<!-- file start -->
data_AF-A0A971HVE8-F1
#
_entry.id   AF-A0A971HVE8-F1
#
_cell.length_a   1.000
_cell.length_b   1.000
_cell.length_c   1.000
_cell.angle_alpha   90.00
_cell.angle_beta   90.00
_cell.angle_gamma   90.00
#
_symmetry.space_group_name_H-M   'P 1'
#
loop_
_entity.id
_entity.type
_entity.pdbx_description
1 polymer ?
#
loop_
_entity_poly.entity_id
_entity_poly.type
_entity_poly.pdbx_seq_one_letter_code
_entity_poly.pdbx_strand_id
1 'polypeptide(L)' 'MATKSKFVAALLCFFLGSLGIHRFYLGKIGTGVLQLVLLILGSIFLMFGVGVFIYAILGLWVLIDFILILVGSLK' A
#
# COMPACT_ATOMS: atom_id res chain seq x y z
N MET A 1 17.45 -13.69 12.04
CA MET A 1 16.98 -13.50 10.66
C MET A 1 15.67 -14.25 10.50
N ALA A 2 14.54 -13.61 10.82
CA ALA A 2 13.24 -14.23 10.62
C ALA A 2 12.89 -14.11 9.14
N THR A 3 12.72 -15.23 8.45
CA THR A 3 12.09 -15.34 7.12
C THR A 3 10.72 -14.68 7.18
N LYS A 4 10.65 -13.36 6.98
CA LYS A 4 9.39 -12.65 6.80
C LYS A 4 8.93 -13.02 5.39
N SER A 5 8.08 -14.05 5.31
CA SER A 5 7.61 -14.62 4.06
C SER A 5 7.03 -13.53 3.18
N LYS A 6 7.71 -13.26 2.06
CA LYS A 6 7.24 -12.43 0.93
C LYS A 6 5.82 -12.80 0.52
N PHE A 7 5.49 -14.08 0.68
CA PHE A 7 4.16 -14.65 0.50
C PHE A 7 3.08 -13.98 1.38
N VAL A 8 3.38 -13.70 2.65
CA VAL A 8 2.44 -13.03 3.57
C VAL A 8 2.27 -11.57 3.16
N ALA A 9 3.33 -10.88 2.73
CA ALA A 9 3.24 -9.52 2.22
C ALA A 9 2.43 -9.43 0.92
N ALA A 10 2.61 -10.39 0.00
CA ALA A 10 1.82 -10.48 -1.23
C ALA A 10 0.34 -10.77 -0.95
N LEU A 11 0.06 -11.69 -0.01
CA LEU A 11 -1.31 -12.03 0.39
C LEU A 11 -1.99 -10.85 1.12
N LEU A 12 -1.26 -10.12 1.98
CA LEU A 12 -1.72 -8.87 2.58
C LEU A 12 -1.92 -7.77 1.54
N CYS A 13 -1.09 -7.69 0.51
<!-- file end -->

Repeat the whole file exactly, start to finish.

data_AF-A0A971HVE8-F1
#
_entry.id   AF-A0A971HVE8-F1
#
_cell.length_a   1.000
_cell.length_b   1.000
_cell.length_c   1.000
_cell.angle_alpha   90.00
_cell.angle_beta   90.00
_cell.angle_gamma   90.00
#
_symmetry.space_group_name_H-M   'P 1'
#
loop_
_entity.id
_entity.type
_entity.pdbx_description
1 polymer ?
#
loop_
_entity_poly.entity_id
_entity_poly.type
_entity_poly.pdbx_seq_one_letter_code
_entity_poly.pdbx_strand_id
1 'polypeptide(L)' 'MATKSKFVAALLCFFLGSLGIHRFYLGKIGTGVLQLVLLILGSIFLMFGVGVFIYAILGLWVLIDFILILVGSLK' A
#
# COMPACT_ATOMS: atom_id res chain seq x y z
N MET A 1 17.45 -13.69 12.04
CA MET A 1 16.98 -13.50 10.66
C MET A 1 15.67 -14.25 10.50
N ALA A 2 14.54 -13.61 10.82
CA ALA A 2 13.24 -14.23 10.62
C ALA A 2 12.89 -14.11 9.14
N THR A 3 12.72 -15.23 8.45
CA THR A 3 12.09 -15.34 7.12
C THR A 3 10.72 -14.68 7.18
N LYS A 4 10.65 -13.36 6.98
CA LYS A 4 9.39 -12.65 6.80
C LYS A 4 8.93 -13.02 5.39
N SER A 5 8.08 -14.05 5.31
CA SER A 5 7.61 -14.62 4.06
C SER A 5 7.03 -13.53 3.18
N LYS A 6 7.71 -13.26 2.06
CA LYS A 6 7.24 -12.43 0.93
C LYS A 6 5.82 -12.80 0.52
N PHE A 7 5.49 -14.08 0.68
CA PHE A 7 4.16 -14.65 0.50
C PHE A 7 3.08 -13.98 1.38
N VAL A 8 3.38 -13.70 2.65
CA VAL A 8 2.44 -13.03 3.57
C VAL A 8 2.27 -11.57 3.16
N ALA A 9 3.33 -10.88 2.73
CA ALA A 9 3.24 -9.52 2.22
C ALA A 9 2.43 -9.43 0.92
N ALA A 10 2.61 -10.39 0.00
CA ALA A 10 1.82 -10.48 -1.23
C ALA A 10 0.34 -10.77 -0.95
N LEU A 11 0.06 -11.69 -0.01
CA LEU A 11 -1.31 -12.03 0.39
C LEU A 11 -1.99 -10.85 1.12
N LEU A 12 -1.26 -10.12 1.98
CA LEU A 12 -1.72 -8.87 2.58
C LEU A 12 -1.92 -7.77 1.54
N CYS A 13 -1.09 -7.69 0.51